Reviewby Rebecca Silverman,
Tales of the Abyss
BD+DVD - The Complete Series
Luke fon Fabre has spent the past seven years of his life under house arrest in his family's estate, a direct result of having been kidnapped as a child. He resents his captivity, although he has his fiancée Princess Natalia, his swordmaster Van, and his guard and best friend Guy to keep things interesting. The arrival one day of Fon Master Ion and a mysterious young woman named Tear changes everything – suddenly Luke learns that the world is nothing like he assumed, and he and his friends embark on a quest to try to set things right. Not all of them will make it to the end, however, and betrayal awaits around unexpected corners as Luke searches not only for adventure, but learns to become a better person and maybe even save the world.
Like most stories in the extensive “Tales” series, Tales of the Abyss, a 2008 adaptation of the 2005 game of the same name, is highly ambitious. It seeks to tell a sweeping story of man's inhumanity to man, the way religion can be used to shape society and history, and what it means to be human. That's a lot to cram into even twenty-six episodes, and while it's clear that the series is making a real effort to give every plot element its due, it doesn't quite come together as well as it ought to.
Part of that issue is that it feels like the series doesn't know what to cut out from the game (a few plot points definitely feel like side quests) nor how to weight its thematic elements. Ostensibly the two most important pieces of the story are Luke's issues with reconciling the truth about his existence and accepting who he is and the imminent destruction of the world. While those are given a more time than some of the other pieces, the show could have done without some of the other characters' backstories, which ultimately don't contribute to the plot. Is it interesting to learn who Guy was in the past and how he ended up at the fon Fabre manor? Yes. Is it integral to the whole saving-the-world bit and Luke's acceptance of himself? Not so much. We do need to know what Guy's stake in the larger plot is, but giving over an entire episode to it feels like time that could have been better spent looking into other aspects of the story. Then when we do have a character whose past is important to the overarching plot, such as Ion, the pertinent information is rushed through, as if the series squandered its time on earlier episode content and now needs to hustle to get to the end.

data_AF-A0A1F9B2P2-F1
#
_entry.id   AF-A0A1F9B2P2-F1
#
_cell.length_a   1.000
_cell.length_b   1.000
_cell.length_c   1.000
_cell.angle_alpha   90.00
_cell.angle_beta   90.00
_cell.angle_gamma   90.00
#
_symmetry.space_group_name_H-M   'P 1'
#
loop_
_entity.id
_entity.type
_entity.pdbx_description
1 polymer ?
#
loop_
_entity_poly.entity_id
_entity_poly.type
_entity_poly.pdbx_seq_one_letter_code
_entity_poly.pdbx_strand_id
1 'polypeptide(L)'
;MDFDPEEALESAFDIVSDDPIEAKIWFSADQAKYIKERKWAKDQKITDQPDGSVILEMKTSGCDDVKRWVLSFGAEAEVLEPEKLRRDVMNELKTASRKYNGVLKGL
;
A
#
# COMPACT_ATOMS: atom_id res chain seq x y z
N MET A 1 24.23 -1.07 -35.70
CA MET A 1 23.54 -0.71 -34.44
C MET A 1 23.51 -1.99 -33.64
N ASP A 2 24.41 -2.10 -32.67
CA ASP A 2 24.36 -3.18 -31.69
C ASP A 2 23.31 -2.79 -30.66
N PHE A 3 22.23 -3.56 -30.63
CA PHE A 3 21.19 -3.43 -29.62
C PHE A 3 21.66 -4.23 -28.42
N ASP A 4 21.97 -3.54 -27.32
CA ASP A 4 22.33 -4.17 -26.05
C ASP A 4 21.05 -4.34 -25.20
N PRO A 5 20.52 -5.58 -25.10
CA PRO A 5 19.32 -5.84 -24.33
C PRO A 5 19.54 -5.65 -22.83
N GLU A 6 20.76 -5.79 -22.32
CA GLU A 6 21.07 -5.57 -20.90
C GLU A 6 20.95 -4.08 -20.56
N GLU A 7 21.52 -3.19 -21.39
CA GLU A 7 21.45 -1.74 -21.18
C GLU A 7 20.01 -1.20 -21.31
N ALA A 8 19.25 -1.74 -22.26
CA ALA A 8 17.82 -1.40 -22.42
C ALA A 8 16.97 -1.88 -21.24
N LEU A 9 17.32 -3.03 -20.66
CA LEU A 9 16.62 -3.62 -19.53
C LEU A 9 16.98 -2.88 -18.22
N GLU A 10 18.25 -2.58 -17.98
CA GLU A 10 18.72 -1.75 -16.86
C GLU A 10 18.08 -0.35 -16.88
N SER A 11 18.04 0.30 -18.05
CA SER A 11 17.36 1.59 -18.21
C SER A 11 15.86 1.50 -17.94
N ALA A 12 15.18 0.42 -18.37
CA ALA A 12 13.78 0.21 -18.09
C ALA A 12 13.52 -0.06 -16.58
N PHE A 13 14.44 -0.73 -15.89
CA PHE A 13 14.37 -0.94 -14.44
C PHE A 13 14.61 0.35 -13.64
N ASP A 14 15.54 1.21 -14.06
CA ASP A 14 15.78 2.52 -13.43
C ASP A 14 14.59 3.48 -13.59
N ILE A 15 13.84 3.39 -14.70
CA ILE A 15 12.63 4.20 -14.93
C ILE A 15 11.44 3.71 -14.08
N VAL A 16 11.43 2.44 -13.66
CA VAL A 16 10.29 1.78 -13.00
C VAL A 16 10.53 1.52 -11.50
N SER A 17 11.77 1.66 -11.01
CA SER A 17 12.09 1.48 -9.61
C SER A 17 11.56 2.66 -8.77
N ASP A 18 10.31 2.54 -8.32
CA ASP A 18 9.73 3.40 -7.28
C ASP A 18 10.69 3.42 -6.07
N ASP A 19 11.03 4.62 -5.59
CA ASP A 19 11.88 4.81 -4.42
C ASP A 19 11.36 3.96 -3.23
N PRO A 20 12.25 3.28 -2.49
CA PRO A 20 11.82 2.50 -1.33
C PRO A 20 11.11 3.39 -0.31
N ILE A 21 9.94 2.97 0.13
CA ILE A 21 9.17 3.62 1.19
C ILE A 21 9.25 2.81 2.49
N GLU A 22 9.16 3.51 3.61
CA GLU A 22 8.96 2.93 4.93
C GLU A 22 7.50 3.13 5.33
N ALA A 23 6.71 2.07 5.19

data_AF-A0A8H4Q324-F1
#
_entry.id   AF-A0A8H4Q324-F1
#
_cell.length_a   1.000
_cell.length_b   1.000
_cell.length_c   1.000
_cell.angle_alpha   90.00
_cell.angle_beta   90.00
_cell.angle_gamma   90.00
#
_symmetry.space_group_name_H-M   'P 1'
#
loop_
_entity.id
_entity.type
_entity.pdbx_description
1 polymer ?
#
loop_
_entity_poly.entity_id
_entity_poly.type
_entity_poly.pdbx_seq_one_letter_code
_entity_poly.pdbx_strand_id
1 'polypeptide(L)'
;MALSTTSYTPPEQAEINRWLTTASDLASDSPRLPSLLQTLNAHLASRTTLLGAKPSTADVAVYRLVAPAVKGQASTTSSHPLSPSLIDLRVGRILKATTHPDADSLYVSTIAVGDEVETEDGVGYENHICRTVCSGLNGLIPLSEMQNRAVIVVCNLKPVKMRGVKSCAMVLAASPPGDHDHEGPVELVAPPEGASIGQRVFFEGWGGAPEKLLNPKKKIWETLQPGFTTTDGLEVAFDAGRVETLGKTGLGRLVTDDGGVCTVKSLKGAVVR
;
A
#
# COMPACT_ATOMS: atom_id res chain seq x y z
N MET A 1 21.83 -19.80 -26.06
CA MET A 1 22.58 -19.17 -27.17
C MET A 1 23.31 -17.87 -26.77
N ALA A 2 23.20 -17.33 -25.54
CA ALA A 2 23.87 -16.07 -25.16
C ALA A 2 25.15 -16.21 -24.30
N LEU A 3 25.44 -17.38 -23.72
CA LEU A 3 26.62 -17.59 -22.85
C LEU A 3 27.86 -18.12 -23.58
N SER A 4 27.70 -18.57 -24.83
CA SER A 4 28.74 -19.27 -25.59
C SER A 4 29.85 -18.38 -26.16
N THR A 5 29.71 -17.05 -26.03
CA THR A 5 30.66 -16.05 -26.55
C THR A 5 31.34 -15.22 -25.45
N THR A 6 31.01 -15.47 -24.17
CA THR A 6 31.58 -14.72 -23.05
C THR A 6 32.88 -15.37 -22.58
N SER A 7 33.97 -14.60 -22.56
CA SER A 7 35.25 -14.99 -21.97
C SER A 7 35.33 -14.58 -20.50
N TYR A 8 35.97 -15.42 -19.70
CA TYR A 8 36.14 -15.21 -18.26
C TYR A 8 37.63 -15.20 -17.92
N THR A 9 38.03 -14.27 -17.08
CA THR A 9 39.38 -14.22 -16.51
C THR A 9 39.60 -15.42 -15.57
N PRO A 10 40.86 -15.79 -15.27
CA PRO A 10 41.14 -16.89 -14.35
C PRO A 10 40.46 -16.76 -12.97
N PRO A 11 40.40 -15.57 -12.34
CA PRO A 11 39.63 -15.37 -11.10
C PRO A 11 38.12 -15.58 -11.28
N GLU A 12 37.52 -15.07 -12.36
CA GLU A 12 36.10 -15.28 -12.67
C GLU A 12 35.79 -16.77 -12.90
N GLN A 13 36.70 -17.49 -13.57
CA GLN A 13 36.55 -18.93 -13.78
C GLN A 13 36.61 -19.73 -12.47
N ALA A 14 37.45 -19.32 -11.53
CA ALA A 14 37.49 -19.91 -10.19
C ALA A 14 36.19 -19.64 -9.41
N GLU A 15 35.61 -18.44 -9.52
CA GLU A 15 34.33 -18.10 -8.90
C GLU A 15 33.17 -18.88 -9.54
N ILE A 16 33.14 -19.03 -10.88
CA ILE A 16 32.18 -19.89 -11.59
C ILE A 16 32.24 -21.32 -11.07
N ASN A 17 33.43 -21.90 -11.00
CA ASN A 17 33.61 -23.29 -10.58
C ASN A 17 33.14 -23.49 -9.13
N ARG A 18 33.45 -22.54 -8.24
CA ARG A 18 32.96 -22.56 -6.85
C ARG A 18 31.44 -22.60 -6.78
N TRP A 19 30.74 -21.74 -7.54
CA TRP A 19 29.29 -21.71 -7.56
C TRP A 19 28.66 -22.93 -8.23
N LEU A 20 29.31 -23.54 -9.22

That's a shame, because there really is an interesting story here and it covers some very good themes. Among those pulled through is the idea of free will versus the church, in this case the Yulian religion based on magical artefacts known as “scores,” which record the history and future of the world. Religious leaders want to believe that the scores are absolute, with no room for humans to tamper with anything, while others believe that life should not be lived – or lost – according to what's written on some ancient magic green rock. This forms the basis for the major plot conflict between heroes and villains, and there's a sort of wonderful vagueness as to who believes what about each concept. While at times it can make for muddled viewing comprehension, it also feels oddly grounding, because in reality issues of belief are rarely clear cut.